Take back Mon­tego Bay!

Jamaica Gleaner - - FRONT PAGE -

IT SAYS and means a lot that out­side of the Gov­ern­ment get­ting and keep­ing its fis­cal af­fairs in or­der, Michael Lee-Chin’s Eco­nomic Growth Coun­cil (EGC) iden­ti­fies im­prov­ing peo­ple’s safety as “the most con­se­quen­tial growth-in­duc­ing re­form that Ja­maica can un­der­take”.

We agree. Which is why this news­pa­per sup­ports the coun­cil’s call for a fully funded, com­pre­hen­sive approach to the prob­lem – in­clud­ing the over­haul of the con­stab­u­lary and jus­tice sys­tem to make them more re­spon­sive, ef­fi­cient, ef­fec­tive, and ac­count­able – and why we back the sig­nals by the Gov­ern­ment of sig­nif­i­cant fi­nan­cial in­creases to those sec­tors in the com­ing fis­cal year.

But Ja­maica faces a cri­sis of se­cu­rity now! Nowhere is that more ap­par­ent and fright­en­ing and po­ten­tially more eco­nom­i­cally nox­ious than in the parish of St James and its cap­i­tal, Mon­tego Bay, a crit­i­cal back­bone of the is­land’s tourism in­dus­try. So far this week, per­haps a dozen peo­ple have been mur­dered in and around the city. Many oth­ers have been in­jured. St James ac­counts for a fifth of the ap­prox­i­mately 900 mur­ders in Ja­maica since the start of 2016.


The sit­u­a­tion shows no signs of im­prov­ing. In fact, it has wors­ened as gangs and or­gan­ised crim­i­nals fight for as­cen­dancy in the lot­tery rack­ets that tar­get mostly el­derly Amer­i­cans who have fun­nelled hun­dreds of mil­lions of dol­lars into the pock­ets of the ex­tor­tion­ists and swindlers. Caught in the cross­fire, law-abid­ing cit­i­zens grow in­creas­ingly fear­ful, com­mu­ni­ties are atom­ised, and le­git­i­mate do­mes­tic busi­nesses are un­der­mined and in dan­ger of be­ing pushed to the mar­gins. Left unchecked, this metas­ta­sis­ing cancer will reach the tourism in­dus­try, sick­en­ing the sec­tor that earns the most for­eign cur­rency and di­rectly em­ploys nearly 40,000 peo­ple.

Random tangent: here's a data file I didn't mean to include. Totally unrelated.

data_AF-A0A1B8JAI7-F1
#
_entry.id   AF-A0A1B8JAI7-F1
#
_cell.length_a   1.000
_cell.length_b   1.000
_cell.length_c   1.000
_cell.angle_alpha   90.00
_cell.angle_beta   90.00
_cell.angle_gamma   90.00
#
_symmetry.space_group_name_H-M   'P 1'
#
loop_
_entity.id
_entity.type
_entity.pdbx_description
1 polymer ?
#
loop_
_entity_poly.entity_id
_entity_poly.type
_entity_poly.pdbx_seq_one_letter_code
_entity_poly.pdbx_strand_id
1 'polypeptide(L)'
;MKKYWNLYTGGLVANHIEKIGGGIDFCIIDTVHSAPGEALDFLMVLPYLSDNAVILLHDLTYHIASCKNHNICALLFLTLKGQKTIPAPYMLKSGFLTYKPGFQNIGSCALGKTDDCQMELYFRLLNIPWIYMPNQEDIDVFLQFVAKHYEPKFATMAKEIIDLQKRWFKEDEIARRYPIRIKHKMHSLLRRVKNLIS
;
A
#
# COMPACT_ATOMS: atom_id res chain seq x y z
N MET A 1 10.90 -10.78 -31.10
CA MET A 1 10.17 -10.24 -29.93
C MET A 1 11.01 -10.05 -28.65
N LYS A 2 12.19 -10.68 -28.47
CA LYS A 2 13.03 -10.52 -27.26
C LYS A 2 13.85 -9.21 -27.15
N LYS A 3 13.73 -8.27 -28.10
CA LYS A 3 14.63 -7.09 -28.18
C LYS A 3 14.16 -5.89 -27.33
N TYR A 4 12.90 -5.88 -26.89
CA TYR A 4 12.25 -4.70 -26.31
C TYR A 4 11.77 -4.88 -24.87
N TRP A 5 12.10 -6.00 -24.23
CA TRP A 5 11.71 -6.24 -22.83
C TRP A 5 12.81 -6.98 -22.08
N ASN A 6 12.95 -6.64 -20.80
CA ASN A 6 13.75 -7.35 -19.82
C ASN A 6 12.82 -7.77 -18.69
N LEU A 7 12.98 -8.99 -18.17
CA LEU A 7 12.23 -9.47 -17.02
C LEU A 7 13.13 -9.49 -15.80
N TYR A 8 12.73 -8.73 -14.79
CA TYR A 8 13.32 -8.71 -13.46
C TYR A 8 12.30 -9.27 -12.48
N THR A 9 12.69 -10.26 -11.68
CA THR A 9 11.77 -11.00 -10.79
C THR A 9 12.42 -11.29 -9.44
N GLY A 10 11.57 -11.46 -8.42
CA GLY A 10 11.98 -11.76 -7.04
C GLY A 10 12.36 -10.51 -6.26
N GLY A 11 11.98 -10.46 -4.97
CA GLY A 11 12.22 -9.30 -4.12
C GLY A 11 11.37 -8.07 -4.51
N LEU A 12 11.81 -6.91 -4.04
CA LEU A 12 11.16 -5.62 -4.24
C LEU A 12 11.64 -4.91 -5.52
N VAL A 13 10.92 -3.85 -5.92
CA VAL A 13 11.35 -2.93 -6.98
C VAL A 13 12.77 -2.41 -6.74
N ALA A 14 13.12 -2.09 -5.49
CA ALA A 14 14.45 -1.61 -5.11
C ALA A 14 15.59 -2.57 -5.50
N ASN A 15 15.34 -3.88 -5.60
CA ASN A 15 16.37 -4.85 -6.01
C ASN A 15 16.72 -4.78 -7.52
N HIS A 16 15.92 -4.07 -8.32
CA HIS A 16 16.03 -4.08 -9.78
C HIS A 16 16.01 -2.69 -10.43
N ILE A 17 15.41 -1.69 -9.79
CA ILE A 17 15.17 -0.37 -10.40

It is ur­gent, there­fore, that the se­cu­rity forces re­gain control of the streets of Mon­tego Bay and the parish of St James. Ob­vi­ously, the con­stab­u­lary is overwhelmed and in­ca­pable of man­ag­ing the job. Re­cently, Charles Sin­clair, the for­mer mayor of Mon­tego Bay, pro­posed that the army be called out to pa­trol the streets of the city. The Gleaner con­curs.

Tourism in­ter­ests, hav­ing mar­keted Ja­maica as a laid-back, idyl­lic, trop­i­cal resort, have, in the past, been wary of hav­ing the mil­i­tary pa­trol a tourist town. But cir­cum­stances have changed in Ja­maica and else­where. In the face of Is­lamist ter­ror­ism, paramil­i­taries are com­mon sights in the cities of Europe. Fur­ther, we sug­gest the dec­la­ra­tion for St James of a short-term, state of emer­gency – but with ro­bust civil mon­i­tor­ing – to al­low the se­cu­rity forces greater room to ma­noeu­vre against the crim­i­nals.

In the mean­time, the Gov­ern­ment must move briskly to de­velop a se­cu­rity ini­tia­tive in the con­text sug­gested by the EGC.

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